HOUSTON — There are a lot of rumors spreading on social media about the safety and efficacy of the COVID-19 vaccine. Many of you turned asked the VERIFY Team to look into them. We took them to Dr. Amesh Adalja, a Senior Scholar at Johns Hopkins and an expert in infectious diseases, critical care and emergency medicine.
CLAIM: The vaccine can give me COVID-19.
FALSE: “The vaccines do not contain the full coronavirus or Sars-Cov-2. They just contain one protein of it. So, it is impossible for the vaccine to give you COVID," Adalja said.
CLAIM: Now that I am fully vaccinated, I will test positive for COVID-19.
FALSE: “If you've been fully vaccinated for COVID-19, the vaccine is not going to turn your test positive. If you were to test positive post-vaccination, it likely means you had a breakthrough infection," Adalja said.
CLAIM: If you get the Pfizer vaccine, you will need to get the shot every six months to be protected.
FALSE: “We don't know what the duration of immunity is going to be after these vaccines, but we know it's likely to be over a year,” Adalja said.
CLAIM: You can still be infected with the virus after you get the vaccine.
IT DEPENDS: “What we're learning is that these vaccines are highly effective at preventing symptomatic disease. Emerging data is showing that it's very, very unlikely that you can even be infected with the virus if you've been vaccinated,” Adalja said.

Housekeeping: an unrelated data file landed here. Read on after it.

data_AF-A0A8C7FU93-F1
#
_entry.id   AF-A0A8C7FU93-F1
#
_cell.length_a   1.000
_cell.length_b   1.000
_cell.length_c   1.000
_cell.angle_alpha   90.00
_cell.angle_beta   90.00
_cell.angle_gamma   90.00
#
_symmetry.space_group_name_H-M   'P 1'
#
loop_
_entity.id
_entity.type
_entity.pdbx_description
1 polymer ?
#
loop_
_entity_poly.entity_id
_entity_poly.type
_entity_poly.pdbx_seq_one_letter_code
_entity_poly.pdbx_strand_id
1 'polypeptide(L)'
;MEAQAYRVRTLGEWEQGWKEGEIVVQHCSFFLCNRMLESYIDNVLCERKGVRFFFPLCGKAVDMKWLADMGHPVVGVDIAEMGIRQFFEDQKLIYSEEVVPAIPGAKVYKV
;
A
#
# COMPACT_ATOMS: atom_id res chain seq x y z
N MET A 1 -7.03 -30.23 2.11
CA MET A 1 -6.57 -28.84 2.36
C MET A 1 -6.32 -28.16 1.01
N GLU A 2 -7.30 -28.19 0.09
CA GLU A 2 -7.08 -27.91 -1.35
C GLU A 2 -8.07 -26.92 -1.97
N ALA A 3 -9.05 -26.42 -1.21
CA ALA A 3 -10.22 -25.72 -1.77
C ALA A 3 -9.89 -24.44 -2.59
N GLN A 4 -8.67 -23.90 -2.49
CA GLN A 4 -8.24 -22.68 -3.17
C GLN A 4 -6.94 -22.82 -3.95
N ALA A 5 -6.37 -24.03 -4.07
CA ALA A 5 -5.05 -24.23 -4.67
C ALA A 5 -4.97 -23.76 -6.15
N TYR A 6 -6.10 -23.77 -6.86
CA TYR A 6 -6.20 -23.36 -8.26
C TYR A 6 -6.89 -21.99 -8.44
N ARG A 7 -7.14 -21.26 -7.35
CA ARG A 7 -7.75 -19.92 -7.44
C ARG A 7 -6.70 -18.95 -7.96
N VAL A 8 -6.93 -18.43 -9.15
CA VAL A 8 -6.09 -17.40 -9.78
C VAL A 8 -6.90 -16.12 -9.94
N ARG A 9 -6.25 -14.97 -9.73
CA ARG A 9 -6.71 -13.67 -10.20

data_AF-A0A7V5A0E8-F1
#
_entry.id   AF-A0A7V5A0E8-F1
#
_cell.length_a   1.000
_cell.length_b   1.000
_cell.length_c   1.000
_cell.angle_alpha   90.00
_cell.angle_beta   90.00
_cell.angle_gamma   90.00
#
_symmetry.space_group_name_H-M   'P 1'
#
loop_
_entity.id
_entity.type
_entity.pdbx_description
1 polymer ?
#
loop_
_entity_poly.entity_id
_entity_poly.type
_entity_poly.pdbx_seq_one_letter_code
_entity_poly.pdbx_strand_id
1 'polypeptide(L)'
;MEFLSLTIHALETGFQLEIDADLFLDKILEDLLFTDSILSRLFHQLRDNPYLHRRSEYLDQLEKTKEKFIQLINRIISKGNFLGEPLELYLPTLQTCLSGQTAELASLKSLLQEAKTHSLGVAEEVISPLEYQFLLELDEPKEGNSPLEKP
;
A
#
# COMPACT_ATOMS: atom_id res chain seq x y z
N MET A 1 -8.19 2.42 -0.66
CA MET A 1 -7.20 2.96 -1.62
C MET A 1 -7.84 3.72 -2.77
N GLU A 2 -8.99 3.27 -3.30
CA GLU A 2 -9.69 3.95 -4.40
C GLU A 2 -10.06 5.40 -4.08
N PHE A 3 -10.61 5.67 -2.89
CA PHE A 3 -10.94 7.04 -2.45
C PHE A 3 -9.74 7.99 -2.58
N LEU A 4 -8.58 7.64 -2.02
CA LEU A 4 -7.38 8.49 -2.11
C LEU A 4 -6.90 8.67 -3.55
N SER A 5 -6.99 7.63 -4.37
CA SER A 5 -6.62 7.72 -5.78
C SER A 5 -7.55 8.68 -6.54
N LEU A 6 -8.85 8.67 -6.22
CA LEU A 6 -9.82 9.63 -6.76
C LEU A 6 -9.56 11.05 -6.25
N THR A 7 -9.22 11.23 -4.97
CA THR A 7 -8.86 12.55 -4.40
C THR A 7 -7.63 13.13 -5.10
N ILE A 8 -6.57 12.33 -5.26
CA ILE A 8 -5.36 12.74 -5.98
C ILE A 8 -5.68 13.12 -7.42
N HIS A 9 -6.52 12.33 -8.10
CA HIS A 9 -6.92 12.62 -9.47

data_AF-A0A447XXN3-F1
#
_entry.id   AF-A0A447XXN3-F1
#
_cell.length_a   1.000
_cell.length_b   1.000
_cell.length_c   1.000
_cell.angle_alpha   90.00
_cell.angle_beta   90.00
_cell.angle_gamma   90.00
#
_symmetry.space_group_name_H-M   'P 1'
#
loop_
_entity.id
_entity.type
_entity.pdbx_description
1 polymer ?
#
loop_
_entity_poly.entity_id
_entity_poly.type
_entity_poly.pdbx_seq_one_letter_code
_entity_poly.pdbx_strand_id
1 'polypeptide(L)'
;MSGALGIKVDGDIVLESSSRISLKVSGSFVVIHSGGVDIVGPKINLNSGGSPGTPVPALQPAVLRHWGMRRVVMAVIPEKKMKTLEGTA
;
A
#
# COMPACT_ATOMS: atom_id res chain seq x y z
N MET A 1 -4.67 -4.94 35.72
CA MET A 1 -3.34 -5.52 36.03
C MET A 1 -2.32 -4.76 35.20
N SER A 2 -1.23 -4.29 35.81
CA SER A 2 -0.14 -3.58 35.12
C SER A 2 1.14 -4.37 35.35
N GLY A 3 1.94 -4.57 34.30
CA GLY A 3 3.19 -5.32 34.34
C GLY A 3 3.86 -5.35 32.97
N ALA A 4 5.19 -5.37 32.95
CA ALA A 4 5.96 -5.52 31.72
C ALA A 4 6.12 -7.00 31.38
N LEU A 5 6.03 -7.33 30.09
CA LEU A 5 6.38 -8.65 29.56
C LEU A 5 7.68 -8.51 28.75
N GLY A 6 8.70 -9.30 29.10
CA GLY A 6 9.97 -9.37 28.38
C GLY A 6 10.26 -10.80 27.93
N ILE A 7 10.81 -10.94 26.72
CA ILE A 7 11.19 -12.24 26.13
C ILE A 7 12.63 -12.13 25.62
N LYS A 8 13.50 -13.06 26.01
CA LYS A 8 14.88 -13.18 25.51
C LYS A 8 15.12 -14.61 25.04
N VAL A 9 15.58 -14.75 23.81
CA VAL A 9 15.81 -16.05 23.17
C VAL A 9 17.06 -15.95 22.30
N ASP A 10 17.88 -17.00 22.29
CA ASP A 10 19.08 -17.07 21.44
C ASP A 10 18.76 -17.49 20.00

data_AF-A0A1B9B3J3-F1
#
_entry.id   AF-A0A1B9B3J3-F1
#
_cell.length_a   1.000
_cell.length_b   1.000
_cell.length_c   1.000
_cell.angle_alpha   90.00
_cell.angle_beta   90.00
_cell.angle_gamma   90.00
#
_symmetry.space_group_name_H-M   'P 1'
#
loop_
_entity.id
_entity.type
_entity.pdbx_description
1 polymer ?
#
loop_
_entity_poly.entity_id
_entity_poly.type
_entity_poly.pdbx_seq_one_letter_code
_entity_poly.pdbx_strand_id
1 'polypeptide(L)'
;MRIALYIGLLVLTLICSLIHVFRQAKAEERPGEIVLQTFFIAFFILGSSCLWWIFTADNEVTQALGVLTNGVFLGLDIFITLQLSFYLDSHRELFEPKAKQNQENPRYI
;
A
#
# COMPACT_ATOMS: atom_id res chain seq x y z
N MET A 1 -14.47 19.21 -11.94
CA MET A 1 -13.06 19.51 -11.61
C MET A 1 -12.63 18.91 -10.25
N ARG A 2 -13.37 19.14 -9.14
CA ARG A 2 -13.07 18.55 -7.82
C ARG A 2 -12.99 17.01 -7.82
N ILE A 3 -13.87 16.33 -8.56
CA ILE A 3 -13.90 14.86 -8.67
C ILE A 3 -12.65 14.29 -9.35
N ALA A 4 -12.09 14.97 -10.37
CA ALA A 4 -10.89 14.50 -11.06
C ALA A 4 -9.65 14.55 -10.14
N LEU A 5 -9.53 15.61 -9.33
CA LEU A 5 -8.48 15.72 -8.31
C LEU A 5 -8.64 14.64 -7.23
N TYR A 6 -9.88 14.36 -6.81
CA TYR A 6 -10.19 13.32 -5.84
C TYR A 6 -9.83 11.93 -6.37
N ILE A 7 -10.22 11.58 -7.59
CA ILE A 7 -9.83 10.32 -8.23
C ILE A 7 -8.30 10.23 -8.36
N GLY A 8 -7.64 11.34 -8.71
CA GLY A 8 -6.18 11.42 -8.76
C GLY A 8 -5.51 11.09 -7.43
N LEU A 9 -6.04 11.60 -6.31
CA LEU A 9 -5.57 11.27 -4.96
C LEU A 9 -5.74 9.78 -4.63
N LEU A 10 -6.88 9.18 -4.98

CLAIM: I have tested positive for COVID and recovered. I have antibodies now. So, I do not need the vaccine.
FALSE: “If you've had COVID-19 you do have some natural immunity. However, that natural immunity will wear over time and it will wane,” Adalja said.
CLAIM: I do not need the vaccine because I am young and healthy.
FALSE: “Just because you're young and healthy doesn't mean that you're going to have an uncomplicated case of COVID-19. It’s also the case that you could become an unwitting carrier of this virus and set off a chain of transmission that lands on a vulnerable person," Adalja said.
CLAIM: People have died from the COVID-19 vaccine.
FALSE: “There have been no credible reports that the vaccine has been completely tied to someone's death. There are cases of people who die after the vaccine, but that doesn't mean it was caused by the vaccine,” Adalja said.